Embattled sector braces for reckoning day in September when all private educators will be required to have government licenses
- China East Education’s rally owes to its newly announced share buyback, as well as growing confidence it will suffer less impact from an ongoing sector crackdown
- Older players like New Oriental and TAL Education also look well positioned to weather the cleanup
By Doug Young
There’s nothing like a fire at someone else’s home to divert attention from your own burning house.
That’s the latest message coming from China’s battered private education sector, which held up relatively well on stock markets Tuesday when compared with the bloodbath for Chinese internet companies on signals of a new crackdown by the online regulator. That storm saw shares of newly listed shared ride specialist DiDi Global plunge 20%. Two other newly listed companies singled out in the crackdown, Full Truck Alliance and Kanzhun, also tumbled 7% and 16%, respectively.
Into the center of that storm, vocational education specialist China East Education Holdings Ltd. (0667.HK) made a very well-timed announcement of a plan to buy back its own battered stock. That sparked a rally for its shares, which closed up 4% in Tuesday trade in Hong Kong and were up another 1.3 Wednesday morning.
At the same time, IPO candidate Spark Education appears to have withdrawn its listing application, based on its disappearance from a list of active offerings maintained by the New York Stock Exchange. That disappearance pre-dates the storm that swallowed up DiDi this week, and reflects the fact that education companies are still clearly in the heart of their own storm.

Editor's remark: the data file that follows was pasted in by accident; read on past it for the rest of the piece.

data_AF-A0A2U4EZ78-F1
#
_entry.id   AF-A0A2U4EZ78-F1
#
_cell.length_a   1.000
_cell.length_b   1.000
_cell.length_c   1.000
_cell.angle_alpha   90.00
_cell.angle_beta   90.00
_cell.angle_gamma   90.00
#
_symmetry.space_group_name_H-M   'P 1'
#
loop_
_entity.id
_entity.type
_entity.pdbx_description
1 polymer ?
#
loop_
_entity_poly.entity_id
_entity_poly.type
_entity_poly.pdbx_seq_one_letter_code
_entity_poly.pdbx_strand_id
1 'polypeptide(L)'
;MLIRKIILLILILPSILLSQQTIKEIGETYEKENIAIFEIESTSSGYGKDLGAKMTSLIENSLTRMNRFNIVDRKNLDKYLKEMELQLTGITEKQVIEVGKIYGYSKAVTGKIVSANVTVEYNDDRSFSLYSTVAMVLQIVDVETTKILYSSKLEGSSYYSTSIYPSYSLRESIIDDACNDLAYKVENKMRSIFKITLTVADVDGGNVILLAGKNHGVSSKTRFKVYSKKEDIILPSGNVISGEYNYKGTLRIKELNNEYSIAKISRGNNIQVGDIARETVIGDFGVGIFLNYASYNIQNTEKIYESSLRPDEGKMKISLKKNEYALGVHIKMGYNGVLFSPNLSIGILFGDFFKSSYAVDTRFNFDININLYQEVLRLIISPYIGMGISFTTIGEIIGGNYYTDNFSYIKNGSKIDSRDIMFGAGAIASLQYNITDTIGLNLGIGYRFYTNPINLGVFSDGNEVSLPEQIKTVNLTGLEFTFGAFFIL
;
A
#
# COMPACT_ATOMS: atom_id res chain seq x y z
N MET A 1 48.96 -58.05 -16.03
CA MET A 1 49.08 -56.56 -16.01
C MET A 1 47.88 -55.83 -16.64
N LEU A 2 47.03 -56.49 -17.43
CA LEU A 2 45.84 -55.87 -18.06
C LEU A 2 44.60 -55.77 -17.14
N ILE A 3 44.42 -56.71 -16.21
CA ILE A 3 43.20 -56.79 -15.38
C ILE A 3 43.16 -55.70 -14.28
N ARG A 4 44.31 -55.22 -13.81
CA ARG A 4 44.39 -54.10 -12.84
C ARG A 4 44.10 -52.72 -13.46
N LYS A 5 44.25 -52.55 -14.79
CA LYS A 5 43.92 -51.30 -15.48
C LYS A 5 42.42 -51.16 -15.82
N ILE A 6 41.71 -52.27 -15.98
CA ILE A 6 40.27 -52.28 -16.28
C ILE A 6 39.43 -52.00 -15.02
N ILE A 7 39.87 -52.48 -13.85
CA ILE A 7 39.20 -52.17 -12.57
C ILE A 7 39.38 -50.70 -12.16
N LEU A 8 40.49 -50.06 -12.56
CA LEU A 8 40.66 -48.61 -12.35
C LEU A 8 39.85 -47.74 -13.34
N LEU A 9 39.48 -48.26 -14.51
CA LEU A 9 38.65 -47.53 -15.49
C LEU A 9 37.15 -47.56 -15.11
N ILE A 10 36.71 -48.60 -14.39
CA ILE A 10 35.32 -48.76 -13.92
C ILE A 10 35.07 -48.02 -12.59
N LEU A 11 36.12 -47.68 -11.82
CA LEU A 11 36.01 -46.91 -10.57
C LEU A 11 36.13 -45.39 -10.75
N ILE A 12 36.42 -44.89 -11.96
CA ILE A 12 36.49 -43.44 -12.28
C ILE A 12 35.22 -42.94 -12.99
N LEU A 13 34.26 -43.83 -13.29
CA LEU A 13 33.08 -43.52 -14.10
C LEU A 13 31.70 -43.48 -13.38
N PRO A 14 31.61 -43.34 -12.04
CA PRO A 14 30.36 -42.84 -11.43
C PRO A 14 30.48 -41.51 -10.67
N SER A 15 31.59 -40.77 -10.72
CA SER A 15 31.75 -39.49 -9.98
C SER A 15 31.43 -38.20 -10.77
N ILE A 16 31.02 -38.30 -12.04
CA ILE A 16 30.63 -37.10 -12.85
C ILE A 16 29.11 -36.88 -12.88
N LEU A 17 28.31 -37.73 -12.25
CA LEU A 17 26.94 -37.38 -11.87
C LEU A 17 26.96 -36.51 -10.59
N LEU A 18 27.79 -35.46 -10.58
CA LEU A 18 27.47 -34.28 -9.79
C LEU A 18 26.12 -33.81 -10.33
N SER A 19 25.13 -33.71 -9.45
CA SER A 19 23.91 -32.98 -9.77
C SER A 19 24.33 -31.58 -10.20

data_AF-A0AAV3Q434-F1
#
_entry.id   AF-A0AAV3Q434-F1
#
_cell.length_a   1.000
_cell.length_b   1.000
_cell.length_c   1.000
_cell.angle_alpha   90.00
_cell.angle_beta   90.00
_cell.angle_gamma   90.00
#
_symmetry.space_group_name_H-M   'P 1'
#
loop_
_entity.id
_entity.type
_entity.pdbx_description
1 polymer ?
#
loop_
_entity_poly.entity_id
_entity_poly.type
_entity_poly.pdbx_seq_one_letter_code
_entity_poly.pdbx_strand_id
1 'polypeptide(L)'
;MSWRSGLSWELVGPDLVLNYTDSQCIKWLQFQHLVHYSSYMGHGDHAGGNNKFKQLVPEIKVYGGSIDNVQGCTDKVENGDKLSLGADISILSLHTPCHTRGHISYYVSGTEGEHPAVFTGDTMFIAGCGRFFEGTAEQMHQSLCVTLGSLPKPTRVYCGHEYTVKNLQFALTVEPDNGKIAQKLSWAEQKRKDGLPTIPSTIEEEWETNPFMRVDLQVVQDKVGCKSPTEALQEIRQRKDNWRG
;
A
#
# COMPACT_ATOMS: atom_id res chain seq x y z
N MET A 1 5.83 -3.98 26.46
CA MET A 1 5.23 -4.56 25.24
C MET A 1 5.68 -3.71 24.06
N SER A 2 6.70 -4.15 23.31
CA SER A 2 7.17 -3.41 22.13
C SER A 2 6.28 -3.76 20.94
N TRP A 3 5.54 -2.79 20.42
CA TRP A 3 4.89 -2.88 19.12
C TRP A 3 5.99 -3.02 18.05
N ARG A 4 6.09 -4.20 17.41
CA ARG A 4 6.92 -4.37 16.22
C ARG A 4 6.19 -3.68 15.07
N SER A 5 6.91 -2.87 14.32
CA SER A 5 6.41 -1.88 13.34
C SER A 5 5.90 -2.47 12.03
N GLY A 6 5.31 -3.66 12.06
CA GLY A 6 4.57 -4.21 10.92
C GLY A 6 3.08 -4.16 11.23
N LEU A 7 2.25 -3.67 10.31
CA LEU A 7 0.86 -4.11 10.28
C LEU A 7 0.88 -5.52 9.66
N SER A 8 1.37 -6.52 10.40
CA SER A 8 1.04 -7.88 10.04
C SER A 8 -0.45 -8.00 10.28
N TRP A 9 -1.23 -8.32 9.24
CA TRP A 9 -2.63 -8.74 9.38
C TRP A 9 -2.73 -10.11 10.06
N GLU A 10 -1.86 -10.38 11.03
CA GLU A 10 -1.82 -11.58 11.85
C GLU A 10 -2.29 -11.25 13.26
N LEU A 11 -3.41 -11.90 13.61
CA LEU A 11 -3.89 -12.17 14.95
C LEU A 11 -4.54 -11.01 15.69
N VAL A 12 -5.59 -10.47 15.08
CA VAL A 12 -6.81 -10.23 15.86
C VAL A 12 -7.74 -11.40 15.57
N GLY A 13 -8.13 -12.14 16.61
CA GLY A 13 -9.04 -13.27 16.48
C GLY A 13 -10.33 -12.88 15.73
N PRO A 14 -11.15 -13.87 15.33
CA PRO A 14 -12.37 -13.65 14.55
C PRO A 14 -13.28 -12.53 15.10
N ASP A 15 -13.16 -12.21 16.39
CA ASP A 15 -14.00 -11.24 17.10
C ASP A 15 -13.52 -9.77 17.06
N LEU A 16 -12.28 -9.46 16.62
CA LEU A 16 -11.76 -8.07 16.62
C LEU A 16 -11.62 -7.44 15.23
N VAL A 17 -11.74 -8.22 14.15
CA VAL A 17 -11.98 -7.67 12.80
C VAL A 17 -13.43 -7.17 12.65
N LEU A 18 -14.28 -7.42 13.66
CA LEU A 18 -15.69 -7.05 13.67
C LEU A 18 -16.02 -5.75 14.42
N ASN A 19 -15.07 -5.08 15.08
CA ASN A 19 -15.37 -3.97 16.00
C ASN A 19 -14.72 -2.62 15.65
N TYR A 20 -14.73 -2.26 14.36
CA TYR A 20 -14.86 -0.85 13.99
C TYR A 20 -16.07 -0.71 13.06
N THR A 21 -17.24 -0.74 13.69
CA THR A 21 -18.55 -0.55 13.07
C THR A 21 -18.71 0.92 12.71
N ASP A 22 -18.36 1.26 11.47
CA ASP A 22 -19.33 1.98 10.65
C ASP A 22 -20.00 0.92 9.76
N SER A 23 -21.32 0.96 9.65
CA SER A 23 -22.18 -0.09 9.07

A broader look at Chinese education stocks shows a trend emerging as people try to bet on what the new landscape will look like when things finally settle down.
On the one hand, people seem to be betting the largest and oldest companies, especially ones with strong offline elements and adult education focuses, will survive and perhaps even thrive in the new landscape. Meantime, smaller and newer companies like Spark, which tried to wow investors with their highly scalable online business models, appear to be in the most doubt.
We’ll take a closer look at the numbers behind that trend shortly. But first we’ll recap all the latest news from both the broader online realm, as well as the news from China East Education and Spark Education.
The broader online news, which we discussed at length on Tuesday, saw China’s internet regulator single out DiDi, Full Truck Alliance and Kanzhun for investigations over whether their user data policies might pose a national security risk. In our analysis, we noted that the move seemed aimed at discouraging – but not banning – up-and-coming Chinese internet companies from listing in New York.
The education crackdown is a bit older and has been brewing for the last three or four months. That particular campaign doesn’t have any political overtones, and instead is aimed at easing pressure on stressed-out Chinese youth from a growing field of online-based extracurricular education companies. Spark outlined the many regulatory actions now in the works against the group in its IPO prospectus published in late June.